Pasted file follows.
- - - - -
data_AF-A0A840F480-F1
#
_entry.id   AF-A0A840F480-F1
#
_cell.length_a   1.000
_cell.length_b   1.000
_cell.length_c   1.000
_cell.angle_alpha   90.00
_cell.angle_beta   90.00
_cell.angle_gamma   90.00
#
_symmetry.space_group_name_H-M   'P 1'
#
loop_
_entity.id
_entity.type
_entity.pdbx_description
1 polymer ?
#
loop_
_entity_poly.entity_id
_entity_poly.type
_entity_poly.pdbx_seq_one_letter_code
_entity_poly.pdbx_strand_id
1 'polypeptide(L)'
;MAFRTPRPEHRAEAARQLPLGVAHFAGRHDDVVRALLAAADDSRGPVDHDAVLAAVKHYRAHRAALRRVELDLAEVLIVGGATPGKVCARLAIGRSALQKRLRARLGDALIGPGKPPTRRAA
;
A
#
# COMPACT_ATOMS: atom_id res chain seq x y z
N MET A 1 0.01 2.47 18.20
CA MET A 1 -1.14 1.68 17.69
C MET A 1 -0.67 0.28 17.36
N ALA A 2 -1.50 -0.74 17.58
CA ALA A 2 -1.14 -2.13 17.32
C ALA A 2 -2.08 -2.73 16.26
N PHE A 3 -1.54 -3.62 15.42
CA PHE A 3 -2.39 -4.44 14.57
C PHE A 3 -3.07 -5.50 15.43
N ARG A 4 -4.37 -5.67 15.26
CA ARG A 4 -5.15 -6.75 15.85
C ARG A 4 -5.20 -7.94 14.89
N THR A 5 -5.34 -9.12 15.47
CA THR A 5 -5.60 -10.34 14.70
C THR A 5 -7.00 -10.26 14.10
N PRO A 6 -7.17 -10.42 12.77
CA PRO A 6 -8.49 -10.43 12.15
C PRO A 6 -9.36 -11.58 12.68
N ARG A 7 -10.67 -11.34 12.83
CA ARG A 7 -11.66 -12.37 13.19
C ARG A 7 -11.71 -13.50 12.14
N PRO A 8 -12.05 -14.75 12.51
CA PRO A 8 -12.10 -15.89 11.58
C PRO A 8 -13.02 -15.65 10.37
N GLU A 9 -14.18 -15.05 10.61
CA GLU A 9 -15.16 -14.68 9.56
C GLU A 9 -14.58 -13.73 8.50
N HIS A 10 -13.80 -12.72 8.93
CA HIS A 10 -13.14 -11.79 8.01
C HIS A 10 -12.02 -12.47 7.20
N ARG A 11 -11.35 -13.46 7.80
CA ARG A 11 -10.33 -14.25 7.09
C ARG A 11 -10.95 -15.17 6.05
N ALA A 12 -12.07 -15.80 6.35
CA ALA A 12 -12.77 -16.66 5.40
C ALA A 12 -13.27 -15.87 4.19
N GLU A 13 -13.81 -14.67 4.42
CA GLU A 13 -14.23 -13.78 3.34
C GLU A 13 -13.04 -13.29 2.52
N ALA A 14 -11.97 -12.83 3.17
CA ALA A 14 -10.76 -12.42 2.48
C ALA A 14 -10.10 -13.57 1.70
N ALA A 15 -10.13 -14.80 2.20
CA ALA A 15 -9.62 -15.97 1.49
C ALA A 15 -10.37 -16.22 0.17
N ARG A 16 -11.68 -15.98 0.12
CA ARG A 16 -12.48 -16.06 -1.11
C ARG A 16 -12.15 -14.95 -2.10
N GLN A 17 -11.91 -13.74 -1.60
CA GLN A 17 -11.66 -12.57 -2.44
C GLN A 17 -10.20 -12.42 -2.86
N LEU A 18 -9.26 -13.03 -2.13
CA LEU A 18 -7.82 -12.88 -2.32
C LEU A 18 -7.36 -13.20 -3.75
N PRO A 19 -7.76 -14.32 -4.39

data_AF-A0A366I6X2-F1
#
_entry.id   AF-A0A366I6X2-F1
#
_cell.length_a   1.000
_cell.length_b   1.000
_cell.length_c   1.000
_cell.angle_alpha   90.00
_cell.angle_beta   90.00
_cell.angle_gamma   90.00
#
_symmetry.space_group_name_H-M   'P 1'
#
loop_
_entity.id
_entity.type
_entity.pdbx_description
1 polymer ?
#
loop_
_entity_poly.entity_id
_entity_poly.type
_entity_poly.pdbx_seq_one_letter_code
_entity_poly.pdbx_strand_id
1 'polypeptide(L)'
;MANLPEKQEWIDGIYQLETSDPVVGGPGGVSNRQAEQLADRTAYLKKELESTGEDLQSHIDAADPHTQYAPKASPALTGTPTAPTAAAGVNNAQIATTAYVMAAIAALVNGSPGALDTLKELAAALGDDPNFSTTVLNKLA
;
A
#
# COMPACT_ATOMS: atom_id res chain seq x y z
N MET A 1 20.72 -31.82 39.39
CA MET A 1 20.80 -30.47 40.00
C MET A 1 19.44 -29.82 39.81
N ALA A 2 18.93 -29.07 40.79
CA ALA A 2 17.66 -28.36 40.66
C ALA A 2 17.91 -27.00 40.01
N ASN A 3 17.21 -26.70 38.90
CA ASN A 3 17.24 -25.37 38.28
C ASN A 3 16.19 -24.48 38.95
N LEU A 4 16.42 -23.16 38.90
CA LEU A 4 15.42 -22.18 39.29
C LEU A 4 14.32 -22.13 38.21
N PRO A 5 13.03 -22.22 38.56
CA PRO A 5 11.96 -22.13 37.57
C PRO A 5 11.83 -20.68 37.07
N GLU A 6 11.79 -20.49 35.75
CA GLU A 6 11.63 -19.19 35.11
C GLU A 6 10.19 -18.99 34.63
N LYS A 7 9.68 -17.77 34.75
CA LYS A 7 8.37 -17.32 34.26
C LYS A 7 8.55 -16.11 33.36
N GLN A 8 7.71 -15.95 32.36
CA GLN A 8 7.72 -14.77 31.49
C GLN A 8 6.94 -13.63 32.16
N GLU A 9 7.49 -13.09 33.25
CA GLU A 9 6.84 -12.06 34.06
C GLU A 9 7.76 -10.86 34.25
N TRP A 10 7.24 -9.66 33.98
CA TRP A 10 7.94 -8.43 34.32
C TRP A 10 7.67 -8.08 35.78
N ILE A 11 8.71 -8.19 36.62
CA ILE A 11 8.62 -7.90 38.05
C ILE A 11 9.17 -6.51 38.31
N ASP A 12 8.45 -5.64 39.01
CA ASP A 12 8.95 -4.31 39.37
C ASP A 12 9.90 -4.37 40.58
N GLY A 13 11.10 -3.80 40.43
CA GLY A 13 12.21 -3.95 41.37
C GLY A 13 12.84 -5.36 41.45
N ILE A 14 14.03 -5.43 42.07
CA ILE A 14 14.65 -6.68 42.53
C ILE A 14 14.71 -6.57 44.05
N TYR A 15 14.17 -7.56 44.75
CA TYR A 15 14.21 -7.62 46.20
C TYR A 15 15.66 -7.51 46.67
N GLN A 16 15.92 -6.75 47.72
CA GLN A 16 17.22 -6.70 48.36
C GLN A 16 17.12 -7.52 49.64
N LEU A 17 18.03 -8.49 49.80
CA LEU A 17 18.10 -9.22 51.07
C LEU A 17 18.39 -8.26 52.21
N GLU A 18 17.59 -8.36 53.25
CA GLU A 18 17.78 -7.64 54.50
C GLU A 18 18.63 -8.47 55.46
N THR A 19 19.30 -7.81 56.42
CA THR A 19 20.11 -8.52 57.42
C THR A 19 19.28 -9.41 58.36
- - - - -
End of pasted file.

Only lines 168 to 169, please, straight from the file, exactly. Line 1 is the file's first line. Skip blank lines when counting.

CA GLU A 18 17.78 -7.64 54.50
C GLU A 18 18.63 -8.47 55.46